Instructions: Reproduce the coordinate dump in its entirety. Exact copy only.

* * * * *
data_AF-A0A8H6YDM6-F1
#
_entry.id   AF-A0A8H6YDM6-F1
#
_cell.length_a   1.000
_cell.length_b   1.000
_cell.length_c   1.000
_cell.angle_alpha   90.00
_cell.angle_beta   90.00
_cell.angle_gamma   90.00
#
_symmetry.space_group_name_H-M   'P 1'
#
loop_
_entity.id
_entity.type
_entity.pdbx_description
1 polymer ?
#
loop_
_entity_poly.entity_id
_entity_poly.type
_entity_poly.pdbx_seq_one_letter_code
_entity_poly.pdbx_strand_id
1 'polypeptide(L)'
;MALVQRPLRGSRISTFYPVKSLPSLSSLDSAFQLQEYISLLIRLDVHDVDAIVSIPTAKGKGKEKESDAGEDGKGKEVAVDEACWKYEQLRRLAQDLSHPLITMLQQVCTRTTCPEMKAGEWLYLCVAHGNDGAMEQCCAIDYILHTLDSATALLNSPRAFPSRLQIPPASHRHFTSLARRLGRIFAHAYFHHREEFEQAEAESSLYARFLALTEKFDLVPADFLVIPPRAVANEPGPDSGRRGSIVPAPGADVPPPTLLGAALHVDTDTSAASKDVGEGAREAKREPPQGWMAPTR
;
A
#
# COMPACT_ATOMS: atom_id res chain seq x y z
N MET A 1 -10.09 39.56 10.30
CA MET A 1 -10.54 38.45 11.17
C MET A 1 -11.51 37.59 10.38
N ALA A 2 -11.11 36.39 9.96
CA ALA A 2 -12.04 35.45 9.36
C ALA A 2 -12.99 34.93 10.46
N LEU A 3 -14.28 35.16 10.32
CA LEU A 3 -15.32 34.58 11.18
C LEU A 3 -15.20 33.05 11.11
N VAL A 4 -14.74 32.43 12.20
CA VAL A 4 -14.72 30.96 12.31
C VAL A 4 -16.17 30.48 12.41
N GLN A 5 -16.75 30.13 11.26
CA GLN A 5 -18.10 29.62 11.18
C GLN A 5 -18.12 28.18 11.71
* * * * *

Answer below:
data_AF-A0A8H6YDM6-F1
#
_entry.id   AF-A0A8H6YDM6-F1
#
_cell.length_a   1.000
_cell.length_b   1.000
_cell.length_c   1.000
_cell.angle_alpha   90.00
_cell.angle_beta   90.00
_cell.angle_gamma   90.00
#
_symmetry.space_group_name_H-M   'P 1'
#
loop_
_entity.id
_entity.type
_entity.pdbx_description
1 polymer ?
#
loop_
_entity_poly.entity_id
_entity_poly.type
_entity_poly.pdbx_seq_one_letter_code
_entity_poly.pdbx_strand_id
1 'polypeptide(L)'
;MALVQRPLRGSRISTFYPVKSLPSLSSLDSAFQLQEYISLLIRLDVHDVDAIVSIPTAKGKGKEKESDAGEDGKGKEVAVDEACWKYEQLRRLAQDLSHPLITMLQQVCTRTTCPEMKAGEWLYLCVAHGNDGAMEQCCAIDYILHTLDSATALLNSPRAFPSRLQIPPASHRHFTSLARRLGRIFAHAYFHHREEFEQAEAESSLYARFLALTEKFDLVPADFLVIPPRAVANEPGPDSGRRGSIVPAPGADVPPPTLLGAALHVDTDTSAASKDVGEGAREAKREPPQGWMAPTR
;
A
#
# COMPACT_ATOMS: atom_id res chain seq x y z
N MET A 1 -10.09 39.56 10.30
CA MET A 1 -10.54 38.45 11.17
C MET A 1 -11.51 37.59 10.38
N ALA A 2 -11.11 36.39 9.96
CA ALA A 2 -12.04 35.45 9.36
C ALA A 2 -12.99 34.93 10.46
N LEU A 3 -14.28 35.16 10.32
CA LEU A 3 -15.32 34.58 11.18
C LEU A 3 -15.20 33.05 11.11
N VAL A 4 -14.74 32.43 12.20
CA VAL A 4 -14.72 30.96 12.31
C VAL A 4 -16.17 30.48 12.41
N GLN A 5 -16.75 30.13 11.26
CA GLN A 5 -18.10 29.62 11.18
C GLN A 5 -18.12 28.18 11.71